The first of the nine essays in the first part is by Tudor Parfitt. It describes the position of Jews in West Africa during the 16th century, focusing particularly on Senegal. Parfitt points out that Trevisan Semi has contributed important works on Jewish life on the African continent. The second essay, by Shalva Weil, reviews her working relationship with Trevisan Semi. Weil has written an engaging essay on the Beta Ethiopians who resettled in Israel and Europe. In this essay, Weil examines the methodology and influence of Jacques Faitlovich, one of the first scholars to examine the Beta Israel in Ethiopia. Gathering information in the archives and in interviews with individuals, she relates in vivid detail the life of one of Faitlovitch's disciples, Eremias Essayas. The third essay by Yolande Cohen and Nourreddine Harrami, describes a synagogue in Meknès and examines Jewish life in the mellah, in both colonial and contemporary Morocco. These three essays are followed by others that look into cultural institutions and practices that memorialize Jewish life in communities both inside and outside of Israel. Giorgia Foscarini's essay, for example, examines the case of the Polish cultural center—Grodzka Gate—its memorialization of Jewish presence in Poland, and what the Grodszka project says about efforts to promote liberal culture in Polish society. In his essay on the novels of Haim Sabato—an Israeli rabbi who was born in Cairo in the 1950s—Miccoli examines the way Sabato portrays the Land of Israel and the Diaspora. In another essay, Greilsammer looks into the practice and contradictions of the Israeli notions of religion and secularism in present day Israel. Simoni's essay, "Playing with History: Toys in Israel in the 1950s and 1960s," is an informative and fascinating reflection on the construction of Israeli national identity. Her argument focuses on the role played by the "museum," by exhibits and material objects more specifically, in the formation of national identity. The last two essays are by Uri Ben-Eliezer and Oren Yiftachel. The first proposes a theory for talking about warfare between Israelis and Palestinians. The final essay explores the rhetoric used by Israeli authorities to frame land claims in Bedouin communities. Yiftachel proposes a conceptual scheme to analyze the impact of urban planning on Russian-speaking immigrants, the Mizrahims, and Arabs in the Beer Sheva region. Finally, the collection as a whole could have benefited from a more developed Introduction exposing the thoughts and writings of Trevisan Semi.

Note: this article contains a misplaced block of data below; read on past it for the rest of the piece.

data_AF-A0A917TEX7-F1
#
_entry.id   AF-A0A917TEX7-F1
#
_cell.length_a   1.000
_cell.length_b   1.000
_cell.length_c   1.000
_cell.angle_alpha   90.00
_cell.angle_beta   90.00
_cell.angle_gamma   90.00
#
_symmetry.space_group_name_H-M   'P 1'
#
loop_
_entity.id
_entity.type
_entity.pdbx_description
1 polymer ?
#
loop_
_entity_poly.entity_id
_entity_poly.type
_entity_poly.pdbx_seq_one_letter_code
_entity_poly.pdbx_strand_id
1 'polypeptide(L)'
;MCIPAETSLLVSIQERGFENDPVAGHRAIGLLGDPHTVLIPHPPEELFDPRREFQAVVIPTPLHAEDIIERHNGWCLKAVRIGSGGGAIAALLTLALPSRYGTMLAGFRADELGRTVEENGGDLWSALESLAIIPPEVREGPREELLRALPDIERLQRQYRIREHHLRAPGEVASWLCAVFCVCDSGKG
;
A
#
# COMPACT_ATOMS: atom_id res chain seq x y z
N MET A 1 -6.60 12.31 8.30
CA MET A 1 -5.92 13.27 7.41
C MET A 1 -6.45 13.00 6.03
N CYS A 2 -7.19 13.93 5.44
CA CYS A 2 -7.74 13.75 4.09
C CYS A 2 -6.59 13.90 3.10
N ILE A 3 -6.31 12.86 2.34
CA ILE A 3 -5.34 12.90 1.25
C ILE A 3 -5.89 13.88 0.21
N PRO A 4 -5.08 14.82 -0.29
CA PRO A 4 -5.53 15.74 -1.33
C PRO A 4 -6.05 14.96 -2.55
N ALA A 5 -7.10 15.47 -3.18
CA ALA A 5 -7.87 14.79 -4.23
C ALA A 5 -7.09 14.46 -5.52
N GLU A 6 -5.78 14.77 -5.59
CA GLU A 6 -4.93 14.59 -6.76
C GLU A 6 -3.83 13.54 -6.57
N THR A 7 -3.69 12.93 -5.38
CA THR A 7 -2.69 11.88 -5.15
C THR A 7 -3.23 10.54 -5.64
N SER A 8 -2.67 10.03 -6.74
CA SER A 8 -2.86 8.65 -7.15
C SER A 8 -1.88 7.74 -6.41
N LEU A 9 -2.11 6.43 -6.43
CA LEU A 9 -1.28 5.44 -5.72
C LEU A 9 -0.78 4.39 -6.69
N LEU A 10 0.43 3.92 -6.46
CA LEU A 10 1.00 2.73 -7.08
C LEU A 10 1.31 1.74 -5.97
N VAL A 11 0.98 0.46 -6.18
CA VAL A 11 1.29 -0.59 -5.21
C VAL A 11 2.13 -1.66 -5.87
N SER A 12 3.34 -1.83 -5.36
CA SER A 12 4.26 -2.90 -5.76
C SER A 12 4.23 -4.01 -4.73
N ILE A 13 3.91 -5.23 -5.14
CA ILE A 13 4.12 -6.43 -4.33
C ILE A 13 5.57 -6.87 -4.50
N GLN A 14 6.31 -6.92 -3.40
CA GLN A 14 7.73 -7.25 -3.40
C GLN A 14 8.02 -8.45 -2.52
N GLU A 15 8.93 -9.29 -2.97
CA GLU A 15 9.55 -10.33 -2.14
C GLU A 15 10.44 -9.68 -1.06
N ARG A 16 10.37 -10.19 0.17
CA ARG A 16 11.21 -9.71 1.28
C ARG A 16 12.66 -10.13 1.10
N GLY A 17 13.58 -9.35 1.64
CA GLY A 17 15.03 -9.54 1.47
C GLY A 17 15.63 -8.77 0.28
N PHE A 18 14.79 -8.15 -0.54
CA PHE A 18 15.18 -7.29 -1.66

About the Reviewer(s): 

Aimée Israel-Pelletier is Professor of French in the Deparment of Modern Languages at the University of Texas at Arlington.

Date of Review: 
March 21, 2019
About the Author(s)/Editor(s)/Translator(s): 

Dario Miccoli is Lecturer in Modern Hebrew and Jewish Studies at Ca’ Foscari University of Venice. He is the author of Histories of the Jews of Egypt: An Imagined Bourgeoisie, 1880s-1950s (2015) and La letteratura israeliana mizrahi (2016). He is also the editor of Memory and Ethnicity: Ethnic Museums in Israel and the Diaspora (with Emanuela Trevisan Semi and Tudor Parfitt; 2013) and Contemporary Sephardic and Mizrahi Literature: A Diaspora (2017).

Marcella Simoni is Lecturer in History and Institutions of Asia at Ca’ Foscari University of Venice. She has published two books on health and welfare during the British Mandate in Palestine: A Healthy Nation: Zionist Health Policies in British Palestine, 1930-1939 (2010) and At the Margins of Conflict. Social Perspectives on Arab and Jews in British Palestine 1922-1948 (2010). With Arturo Marzano, she edited Roma e Gerusalemme. Israele nella vita politica italiana (2010) and Quaranta anni dopo. Confini, limiti e barriere in Israele e Palestina, 1967-2007 (2007). 

Giorgia Foscarini is a doctoral candidate in Asian and African Studies at Ca’ Foscari University of Venice and Université Paris Nanterre. She works on memory and identity in contemporary Israel, and has published on ultra-Orthodox women’s education in Israel.